- Review Process
- Take Action
- A project of
This unique resource offers teachers a ready to use set of tools to examine climate change, particularly how it is affecting Alaska's ecosystem. This resource is based on powerful videos and reflection questions so students really grasp the issues presented. This excellent 13 part lesson is also complete with an action project in the student's community.
In this resource, students will:
This resource would be great to use in courses where the issue of climate change and global warming are of importance. This lesson will help students understand that the issue is local and that they can help.
The following tool will allow you to explore the relevant curriculum matches for this resource. To start, select a province listed below.
|Consideration of Alternative Perspectives||Very Good|
Students form their opinions and take informed positions on different subjects based on videos and information they've received. Different points of views and different methods of Western scientific observations and Alaska Native observations are also introduced to students and they have to determine advantages and disadvantages of both methods.
|Consideration of Alternative Perspectives: |
|Multiple Dimensions of Problems & Solutions||Very Good|
Students are asked to investigate concerns about climate change and other environmental issues in their community. They then need to come up with a plan to help with the problem. Since the environmental problem to study is the students choice, it could have economic and social dimensions as well.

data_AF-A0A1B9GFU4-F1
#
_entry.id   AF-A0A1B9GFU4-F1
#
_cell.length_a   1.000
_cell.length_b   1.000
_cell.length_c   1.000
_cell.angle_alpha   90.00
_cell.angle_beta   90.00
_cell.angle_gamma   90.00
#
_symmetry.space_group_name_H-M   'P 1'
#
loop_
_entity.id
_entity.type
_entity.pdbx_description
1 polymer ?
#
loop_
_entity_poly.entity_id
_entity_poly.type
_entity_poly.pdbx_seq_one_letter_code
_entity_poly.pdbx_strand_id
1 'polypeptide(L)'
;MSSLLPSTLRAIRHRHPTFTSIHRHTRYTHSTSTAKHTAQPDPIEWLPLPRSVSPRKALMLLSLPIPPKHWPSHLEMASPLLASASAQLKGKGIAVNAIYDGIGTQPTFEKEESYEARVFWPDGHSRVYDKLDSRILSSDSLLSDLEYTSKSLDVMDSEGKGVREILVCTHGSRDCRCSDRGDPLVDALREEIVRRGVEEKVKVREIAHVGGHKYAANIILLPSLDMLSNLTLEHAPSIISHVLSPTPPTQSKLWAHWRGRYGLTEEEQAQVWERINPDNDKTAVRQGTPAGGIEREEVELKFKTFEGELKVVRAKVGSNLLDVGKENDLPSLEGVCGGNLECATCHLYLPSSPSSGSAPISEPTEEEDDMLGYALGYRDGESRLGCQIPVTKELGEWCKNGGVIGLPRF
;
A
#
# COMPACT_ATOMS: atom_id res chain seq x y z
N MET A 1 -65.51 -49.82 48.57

|Multiple Dimensions of Problems & Solutions: |
Effectively addresses the environmental, economic and social dimensions of the issue(s) being explored.
|Respects Complexity||Very Good|
The videos and other supporting materials address the complexity of climate change.
|Respects Complexity: |
The complexity of the problems/issues being discussed is respected.
|Acting on Learning||Very Good|
In this lesson, students will work on a project where they study an issue important to their community, they then create an action plan to resolve the issue or educate others about it.
|Acting on Learning: |
Learning moves from understanding issues to working towards positive change — in personal lifestyle, in school, in the community, or for the planet
|Values Education||Very Good|
Throughout this resource, the activities require students to reflect on and articulate their responses to different subjects.
|Values Education: |
Students are explicitly provided with opportunities to identify, clarify and express their own beliefs/values.
|Empathy & Respect for Humans||Satisfactory|
Student will learn about Alaska Native people and how they have developed a large storehouse of knowledge about their local environments, based on wisdom collected and shared over generations.
|Empathy & Respect for Humans: Empathy and respect are fostered for diverse groups of humans (including different genders, ethnic groups, sexual preferences, etc.).|
|Personal Affinity with Earth||Good|
Students will be introduced to climate change and global warming through various videos. Students will then need to connect with their community to decide on an environmental issue they would like to do more research on and try to find a solution to the issue.
|Personal Affinity with Earth: |
Encourages a personal affinity with -the natural world.
|Locally-Focused Learning||Very Good|
This resource explicitly has students working within their community to address an environmental issue. Students are asked to take notes of the communities response to their solutions and to interview members of their community.